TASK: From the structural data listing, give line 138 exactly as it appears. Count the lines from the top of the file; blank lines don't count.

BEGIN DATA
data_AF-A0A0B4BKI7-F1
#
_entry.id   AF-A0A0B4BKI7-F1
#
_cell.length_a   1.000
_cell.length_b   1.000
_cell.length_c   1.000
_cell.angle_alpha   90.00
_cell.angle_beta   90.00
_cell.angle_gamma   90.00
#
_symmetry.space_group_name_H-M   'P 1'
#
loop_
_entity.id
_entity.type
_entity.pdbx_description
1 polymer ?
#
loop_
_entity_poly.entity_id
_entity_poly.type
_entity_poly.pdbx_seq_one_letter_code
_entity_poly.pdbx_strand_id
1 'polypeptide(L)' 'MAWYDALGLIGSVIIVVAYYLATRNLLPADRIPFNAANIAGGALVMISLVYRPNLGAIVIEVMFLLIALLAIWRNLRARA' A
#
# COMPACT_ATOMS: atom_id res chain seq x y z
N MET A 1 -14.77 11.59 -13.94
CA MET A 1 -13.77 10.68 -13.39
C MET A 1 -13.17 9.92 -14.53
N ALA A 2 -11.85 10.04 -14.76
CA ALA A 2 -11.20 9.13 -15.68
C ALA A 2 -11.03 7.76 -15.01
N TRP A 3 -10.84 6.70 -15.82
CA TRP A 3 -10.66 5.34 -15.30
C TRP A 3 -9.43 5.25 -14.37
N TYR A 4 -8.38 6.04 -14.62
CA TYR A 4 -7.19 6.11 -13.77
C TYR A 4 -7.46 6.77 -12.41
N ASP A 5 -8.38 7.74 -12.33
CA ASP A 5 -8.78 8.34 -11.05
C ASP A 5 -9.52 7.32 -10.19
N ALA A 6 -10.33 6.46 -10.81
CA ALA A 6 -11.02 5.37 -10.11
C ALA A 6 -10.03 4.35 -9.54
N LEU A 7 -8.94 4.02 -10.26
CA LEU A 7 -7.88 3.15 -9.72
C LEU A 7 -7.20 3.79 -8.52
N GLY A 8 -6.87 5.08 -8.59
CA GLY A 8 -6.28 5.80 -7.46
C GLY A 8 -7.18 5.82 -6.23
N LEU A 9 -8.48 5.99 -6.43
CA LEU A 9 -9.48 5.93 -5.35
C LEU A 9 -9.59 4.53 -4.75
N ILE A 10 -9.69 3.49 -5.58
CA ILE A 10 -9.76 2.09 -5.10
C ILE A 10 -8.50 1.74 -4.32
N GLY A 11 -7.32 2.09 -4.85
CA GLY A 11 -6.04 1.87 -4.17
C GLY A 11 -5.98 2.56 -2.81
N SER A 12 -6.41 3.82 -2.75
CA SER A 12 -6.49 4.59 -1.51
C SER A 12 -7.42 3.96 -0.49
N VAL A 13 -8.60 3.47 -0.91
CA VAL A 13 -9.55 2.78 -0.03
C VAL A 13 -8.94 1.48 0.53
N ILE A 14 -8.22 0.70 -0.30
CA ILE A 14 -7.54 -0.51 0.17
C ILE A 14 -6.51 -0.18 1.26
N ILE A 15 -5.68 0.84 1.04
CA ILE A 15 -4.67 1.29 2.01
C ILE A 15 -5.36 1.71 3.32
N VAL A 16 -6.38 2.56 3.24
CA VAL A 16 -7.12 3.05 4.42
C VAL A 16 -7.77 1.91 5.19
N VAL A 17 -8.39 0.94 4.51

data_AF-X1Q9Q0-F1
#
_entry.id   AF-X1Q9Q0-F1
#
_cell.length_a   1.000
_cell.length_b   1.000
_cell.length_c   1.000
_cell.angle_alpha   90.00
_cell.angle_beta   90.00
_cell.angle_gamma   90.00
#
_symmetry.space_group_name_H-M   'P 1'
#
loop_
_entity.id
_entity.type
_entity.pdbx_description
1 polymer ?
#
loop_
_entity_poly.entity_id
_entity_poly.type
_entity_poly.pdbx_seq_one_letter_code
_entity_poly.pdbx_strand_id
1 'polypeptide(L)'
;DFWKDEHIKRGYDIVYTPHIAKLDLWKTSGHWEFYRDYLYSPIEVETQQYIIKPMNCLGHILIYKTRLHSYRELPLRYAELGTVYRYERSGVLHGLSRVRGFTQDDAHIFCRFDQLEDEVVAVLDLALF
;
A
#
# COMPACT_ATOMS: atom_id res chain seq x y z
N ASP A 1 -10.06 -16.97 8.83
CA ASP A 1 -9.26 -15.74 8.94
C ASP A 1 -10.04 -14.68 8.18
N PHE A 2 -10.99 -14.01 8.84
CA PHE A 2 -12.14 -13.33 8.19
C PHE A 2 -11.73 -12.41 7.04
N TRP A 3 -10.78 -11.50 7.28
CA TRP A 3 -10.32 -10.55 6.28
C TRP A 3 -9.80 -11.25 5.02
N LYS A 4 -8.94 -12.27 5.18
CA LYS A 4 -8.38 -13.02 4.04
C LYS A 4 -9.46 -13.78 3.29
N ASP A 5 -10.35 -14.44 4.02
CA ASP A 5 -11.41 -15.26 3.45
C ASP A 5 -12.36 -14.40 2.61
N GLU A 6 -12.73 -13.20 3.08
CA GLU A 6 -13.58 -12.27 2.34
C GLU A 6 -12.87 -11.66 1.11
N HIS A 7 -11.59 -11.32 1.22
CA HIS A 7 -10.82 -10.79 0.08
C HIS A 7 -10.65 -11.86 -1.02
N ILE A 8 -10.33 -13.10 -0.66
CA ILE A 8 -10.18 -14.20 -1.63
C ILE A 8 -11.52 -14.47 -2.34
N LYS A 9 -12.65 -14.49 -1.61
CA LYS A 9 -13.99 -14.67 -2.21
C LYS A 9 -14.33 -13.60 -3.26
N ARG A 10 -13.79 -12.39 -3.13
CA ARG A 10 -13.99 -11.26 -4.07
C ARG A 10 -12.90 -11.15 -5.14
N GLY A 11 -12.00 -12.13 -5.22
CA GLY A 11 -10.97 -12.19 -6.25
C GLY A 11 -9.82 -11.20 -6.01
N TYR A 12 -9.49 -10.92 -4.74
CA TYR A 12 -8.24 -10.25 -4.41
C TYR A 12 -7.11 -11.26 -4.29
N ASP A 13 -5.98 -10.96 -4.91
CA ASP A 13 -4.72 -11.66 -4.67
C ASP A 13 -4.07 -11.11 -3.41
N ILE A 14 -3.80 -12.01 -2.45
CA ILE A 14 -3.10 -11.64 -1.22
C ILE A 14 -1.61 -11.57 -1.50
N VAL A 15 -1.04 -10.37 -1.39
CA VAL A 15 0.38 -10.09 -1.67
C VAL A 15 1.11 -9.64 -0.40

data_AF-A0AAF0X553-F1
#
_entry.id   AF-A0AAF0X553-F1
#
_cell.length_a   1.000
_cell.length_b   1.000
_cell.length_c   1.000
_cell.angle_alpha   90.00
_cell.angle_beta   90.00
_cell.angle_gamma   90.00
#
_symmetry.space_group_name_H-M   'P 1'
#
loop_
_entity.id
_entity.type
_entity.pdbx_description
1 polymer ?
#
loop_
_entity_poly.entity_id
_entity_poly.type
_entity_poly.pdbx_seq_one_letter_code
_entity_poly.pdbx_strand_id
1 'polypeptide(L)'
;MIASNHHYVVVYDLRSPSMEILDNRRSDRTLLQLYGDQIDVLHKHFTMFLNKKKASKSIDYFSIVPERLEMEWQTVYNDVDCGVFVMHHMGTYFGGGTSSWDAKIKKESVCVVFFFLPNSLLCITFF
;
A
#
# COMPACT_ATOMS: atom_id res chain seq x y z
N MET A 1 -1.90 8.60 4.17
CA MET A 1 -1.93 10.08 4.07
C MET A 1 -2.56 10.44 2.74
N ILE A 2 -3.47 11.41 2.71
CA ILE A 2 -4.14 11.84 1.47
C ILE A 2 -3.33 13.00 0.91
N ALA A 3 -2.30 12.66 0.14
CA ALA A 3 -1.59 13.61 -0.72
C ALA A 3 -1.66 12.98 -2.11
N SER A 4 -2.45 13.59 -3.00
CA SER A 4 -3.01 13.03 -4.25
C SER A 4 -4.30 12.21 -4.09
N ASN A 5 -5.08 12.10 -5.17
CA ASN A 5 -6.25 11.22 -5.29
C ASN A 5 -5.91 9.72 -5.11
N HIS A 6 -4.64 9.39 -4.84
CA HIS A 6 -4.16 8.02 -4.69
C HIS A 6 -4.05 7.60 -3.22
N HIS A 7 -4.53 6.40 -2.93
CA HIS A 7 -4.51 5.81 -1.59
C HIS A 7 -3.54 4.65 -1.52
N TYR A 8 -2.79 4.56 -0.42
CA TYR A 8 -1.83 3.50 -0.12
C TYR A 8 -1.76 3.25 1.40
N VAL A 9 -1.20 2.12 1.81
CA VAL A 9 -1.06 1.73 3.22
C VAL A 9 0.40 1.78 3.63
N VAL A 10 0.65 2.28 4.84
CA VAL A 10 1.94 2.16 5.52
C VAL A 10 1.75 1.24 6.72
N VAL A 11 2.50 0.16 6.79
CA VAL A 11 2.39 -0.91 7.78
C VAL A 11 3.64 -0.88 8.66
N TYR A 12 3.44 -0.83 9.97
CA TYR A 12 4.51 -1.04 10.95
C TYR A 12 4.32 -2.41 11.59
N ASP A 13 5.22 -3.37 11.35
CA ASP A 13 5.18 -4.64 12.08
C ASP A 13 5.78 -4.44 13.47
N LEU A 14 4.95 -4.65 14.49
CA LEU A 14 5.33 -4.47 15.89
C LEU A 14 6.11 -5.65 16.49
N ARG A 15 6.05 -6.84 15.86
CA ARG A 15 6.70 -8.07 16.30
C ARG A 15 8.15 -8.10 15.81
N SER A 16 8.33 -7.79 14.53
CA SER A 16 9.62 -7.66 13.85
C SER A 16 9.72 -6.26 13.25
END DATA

CA GLY A 11 -10.97 -12.19 -6.25